It's a message directed toward his team, but it's a message the rest of the NFL doesn't want to hear.
Being frank about his team's performance Sunday at the Metrodome and over the first seven games of the season, Head Coach Mike McCarthy is not overly impressed with his 7-0 Packers, though he remains resolutely confident in the long-term outlook for his squad.
"Based on how we feel we can play this game, at the level and the standard we can play this game, we're playing above-average right now," was McCarthy's assessment following the usual and extensive postgame film review and grading.
"I think that's very exciting, because we feel strongly as a football team that our best football is in front of us."
Moments before he was about to release the players for their bye-week vacation on Monday, McCarthy touched briefly on all three phases of his team and where they stand.
His biggest concern, understandably, is on defense, where the Packers rank 27th in the league in yards allowed, including 31st against the pass.
In McCarthy's view, it's not the total number of yards that's bothersome as much as the big plays being surrendered. Against the Vikings, McCarthy said the defense allowed six damaging plays, including a 72-yard pass on the first play from scrimmage. Minnesota also had a 22-yard pass, a 24-yard touchdown pass and runs of 29, 25 and 54 yards by Adrian Peterson on his way to a 175-yard day.
On the plus side, the Packers are tied for first in the league with 16 takeaways, including a league-best 13 interceptions, which has helped compensate for the large chunks of yardage allowed.
"We're not going to make big changes. We're in tune with what needs to be done," McCarthy said. "Defensively, we're giving up too many big plays, and that's the bottom line. That's been our issue."
There's little to quibble with on offense, where the Packers rank second in the league in points per game (32.8) and fourth in total yards, including third in passing yards.
It all starts with Rodgers, who seemingly took his dynamite season up a notch with a season-high passer rating of 146.5 at the Metrodome (24 of 30, 335 yards, three TDs, no interceptions). Rodgers' season passer rating of 125.7 is more than 20 points higher than the next best in the league, New England's Tom Brady (104.8).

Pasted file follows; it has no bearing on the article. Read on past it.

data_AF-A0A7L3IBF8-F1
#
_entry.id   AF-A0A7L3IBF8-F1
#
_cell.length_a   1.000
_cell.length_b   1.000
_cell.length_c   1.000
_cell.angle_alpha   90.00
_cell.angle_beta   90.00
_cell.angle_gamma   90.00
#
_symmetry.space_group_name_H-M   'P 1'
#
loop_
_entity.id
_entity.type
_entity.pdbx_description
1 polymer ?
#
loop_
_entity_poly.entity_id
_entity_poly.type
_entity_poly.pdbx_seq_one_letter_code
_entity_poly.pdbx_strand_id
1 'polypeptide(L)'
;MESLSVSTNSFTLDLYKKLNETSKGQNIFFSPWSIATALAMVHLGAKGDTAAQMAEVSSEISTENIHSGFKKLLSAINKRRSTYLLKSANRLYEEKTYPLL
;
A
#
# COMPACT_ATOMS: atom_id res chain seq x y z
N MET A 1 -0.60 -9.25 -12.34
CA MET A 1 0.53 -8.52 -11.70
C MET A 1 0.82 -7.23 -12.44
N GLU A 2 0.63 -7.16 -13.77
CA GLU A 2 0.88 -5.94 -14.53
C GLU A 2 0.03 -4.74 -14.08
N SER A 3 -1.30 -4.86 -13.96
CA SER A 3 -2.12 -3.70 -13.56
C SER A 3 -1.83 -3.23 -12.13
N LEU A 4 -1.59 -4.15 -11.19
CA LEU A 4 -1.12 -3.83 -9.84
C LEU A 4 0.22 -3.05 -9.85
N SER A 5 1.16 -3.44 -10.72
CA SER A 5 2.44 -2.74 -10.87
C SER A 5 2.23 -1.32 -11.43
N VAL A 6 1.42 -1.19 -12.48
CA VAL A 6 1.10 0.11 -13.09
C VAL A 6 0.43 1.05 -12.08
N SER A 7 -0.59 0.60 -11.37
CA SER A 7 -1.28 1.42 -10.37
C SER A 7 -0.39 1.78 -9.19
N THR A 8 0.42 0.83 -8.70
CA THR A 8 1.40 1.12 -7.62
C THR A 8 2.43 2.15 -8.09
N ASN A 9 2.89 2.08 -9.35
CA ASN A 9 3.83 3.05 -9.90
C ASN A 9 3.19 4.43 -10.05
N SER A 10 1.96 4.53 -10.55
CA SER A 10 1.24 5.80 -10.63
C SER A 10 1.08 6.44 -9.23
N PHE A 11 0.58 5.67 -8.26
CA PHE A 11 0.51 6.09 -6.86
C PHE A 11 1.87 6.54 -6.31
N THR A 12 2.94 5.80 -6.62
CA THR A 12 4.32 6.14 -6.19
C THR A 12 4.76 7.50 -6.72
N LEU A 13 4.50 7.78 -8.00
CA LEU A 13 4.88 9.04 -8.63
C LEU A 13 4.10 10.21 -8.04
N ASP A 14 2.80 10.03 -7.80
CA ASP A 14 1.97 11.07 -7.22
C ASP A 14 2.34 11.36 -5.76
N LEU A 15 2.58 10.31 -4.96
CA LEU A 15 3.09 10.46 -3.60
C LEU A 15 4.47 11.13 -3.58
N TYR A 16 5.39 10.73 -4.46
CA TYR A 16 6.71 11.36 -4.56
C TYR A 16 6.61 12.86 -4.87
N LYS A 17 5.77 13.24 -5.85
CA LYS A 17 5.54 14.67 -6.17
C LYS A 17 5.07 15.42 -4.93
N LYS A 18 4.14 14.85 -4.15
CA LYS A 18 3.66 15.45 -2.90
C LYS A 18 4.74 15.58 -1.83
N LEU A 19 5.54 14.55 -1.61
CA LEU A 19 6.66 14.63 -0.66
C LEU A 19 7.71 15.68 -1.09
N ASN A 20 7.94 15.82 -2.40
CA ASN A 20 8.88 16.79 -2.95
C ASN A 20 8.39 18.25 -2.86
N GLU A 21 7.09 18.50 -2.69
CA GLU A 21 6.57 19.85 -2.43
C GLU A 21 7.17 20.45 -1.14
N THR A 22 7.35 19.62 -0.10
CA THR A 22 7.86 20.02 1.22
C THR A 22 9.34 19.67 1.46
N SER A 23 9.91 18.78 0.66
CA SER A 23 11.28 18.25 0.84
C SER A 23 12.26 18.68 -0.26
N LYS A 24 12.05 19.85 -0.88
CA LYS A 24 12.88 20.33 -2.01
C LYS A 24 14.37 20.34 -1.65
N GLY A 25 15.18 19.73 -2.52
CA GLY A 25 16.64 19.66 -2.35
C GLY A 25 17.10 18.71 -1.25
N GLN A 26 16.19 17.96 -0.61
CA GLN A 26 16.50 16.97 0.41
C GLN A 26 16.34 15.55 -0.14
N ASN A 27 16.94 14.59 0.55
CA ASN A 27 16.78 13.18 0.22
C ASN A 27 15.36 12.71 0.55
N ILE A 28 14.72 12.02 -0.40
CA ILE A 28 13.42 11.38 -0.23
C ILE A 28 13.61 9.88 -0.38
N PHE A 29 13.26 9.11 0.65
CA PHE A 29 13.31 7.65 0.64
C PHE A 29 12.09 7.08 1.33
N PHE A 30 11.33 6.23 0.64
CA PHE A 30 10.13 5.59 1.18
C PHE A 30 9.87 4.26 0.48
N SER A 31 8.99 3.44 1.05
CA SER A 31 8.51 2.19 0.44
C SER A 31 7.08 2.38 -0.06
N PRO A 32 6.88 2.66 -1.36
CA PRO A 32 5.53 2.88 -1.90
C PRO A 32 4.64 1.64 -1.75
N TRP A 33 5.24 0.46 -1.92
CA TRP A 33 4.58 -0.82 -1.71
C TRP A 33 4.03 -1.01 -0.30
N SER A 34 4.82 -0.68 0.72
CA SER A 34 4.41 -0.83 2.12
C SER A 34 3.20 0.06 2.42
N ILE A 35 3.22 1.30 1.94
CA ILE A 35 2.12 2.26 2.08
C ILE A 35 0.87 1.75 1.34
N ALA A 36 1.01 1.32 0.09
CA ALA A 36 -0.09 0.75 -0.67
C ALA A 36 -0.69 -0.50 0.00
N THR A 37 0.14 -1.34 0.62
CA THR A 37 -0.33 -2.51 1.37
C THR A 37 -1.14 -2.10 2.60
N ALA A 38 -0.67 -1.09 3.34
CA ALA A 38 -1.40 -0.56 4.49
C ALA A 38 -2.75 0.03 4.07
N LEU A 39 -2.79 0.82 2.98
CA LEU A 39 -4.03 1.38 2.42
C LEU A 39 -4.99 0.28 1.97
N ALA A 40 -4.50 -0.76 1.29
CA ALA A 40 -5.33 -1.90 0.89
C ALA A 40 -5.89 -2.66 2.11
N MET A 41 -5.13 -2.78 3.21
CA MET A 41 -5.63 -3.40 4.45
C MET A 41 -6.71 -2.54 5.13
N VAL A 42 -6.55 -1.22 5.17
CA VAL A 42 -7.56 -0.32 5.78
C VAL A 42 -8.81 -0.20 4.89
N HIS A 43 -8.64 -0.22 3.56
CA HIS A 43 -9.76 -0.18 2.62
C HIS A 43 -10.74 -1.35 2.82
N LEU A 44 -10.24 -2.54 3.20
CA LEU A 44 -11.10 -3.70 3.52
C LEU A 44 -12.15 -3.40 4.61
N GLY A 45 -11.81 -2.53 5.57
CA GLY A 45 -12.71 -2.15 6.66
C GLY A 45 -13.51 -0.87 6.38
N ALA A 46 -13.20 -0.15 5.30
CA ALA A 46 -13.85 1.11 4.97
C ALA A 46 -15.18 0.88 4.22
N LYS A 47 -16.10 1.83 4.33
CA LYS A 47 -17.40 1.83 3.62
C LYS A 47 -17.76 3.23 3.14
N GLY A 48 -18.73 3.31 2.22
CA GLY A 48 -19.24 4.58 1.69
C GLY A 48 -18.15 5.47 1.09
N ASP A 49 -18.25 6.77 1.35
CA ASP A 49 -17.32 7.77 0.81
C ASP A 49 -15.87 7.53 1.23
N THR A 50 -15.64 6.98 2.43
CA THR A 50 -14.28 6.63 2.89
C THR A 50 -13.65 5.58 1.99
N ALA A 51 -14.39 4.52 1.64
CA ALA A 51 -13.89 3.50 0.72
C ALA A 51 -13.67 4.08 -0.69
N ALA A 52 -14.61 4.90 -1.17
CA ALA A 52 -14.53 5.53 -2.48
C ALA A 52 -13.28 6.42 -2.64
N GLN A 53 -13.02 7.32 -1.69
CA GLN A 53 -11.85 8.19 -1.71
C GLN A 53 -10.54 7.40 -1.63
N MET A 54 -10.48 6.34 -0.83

McCarthy believes Rodgers' paramount trait has been his decision-making, calling him the best he's worked with in that area since Joe Montana in Kansas City in 1993-94, McCarthy's first two seasons as an NFL assistant coach.
"He does not get bored throwing the easy completion, and that's a great attribute to have as a quarterback," McCarthy said. "He's clearly in tune with taking what the defense gives you.
"He can throw to tight spots, and he has the anticipation, arm strength and accuracy to attack the seams. But he does a great job of staying disciplined and staying within the offense."
Rodgers' discipline, which has produced just three interceptions in 239 pass attempts, has allowed McCarthy to design game plans and call games as wide open as he ever has.
"I would challenge anybody in the league with our vertical passing game," McCarthy said. "We're not just a three-step, take-what-they-give-us offense. He's running a well-oiled machine. It's an offense that has a lot of options, and he's in great command of it right now."
Even when Rodgers has a miscue, like taking a 9-yard sack with the offense seemingly on the edge of field-goal range at the Minnesota 31-yard line on Sunday, the Packers have a kicker to minimize the mistake.
Mason Crosby's franchise-record 58-yard field goal following that sack gave the Packers a 33-17 lead and provided a valuable three points as the Vikings eventually climbed within six in the fourth quarter.
"Mason has earned those opportunities," McCarthy said of Crosby, who is a perfect 14-for-14 on field goals this season, including 56- and 58-yarders. "That kick could have been good from another eight, nine, 10 yards."
Now McCarthy is giving his players the boot, as they're off until next Monday, when they'll begin preparing for the road trip to San Diego, followed by a critical stretch of the season when the Packers will play three games in 11 days, concluding with the Thanksgiving contest in Detroit.
One hope is that the team returns healthier. Rookie running back Alex Green was lost for the season to a knee injury on Sunday, but receiver Greg Jennings escaped with only a bruised hand. Players who have been banged up but have continued to play – linebacker Clay Matthews, cornerback Charles Woodson, safety Morgan Burnett and guard Josh Sitton, among others – should benefit most from the time off.
Cornerback Sam Shields (concussion) has been cleared to return to the field following the bye, and linebacker Frank Zombo (knee) could be back, as well. Also, updates on tackle Chad Clifton (hamstring) and defensive end Mike Neal (knee) may be forthcoming by next week, too.
McCarthy told the players he'd like them to be "not seen, not heard," during the bye week, meaning he doesn't need his undefeated bunch providing bulletin-board material for any of the nine remaining opponents on the schedule.
He also left them with the message that it's important for them to re-charge during their time off, because the expectation is there are more than nine games left in the season.
"The only two priorities that I gave them in the meeting was spend time with your family and get rest," McCarthy said. "They have strength and conditioning responsibility that's been covered with them from our strength staff, but it's important for them to get away.
"We're planning on playing a lot of football here." Additional coverage - Oct. 24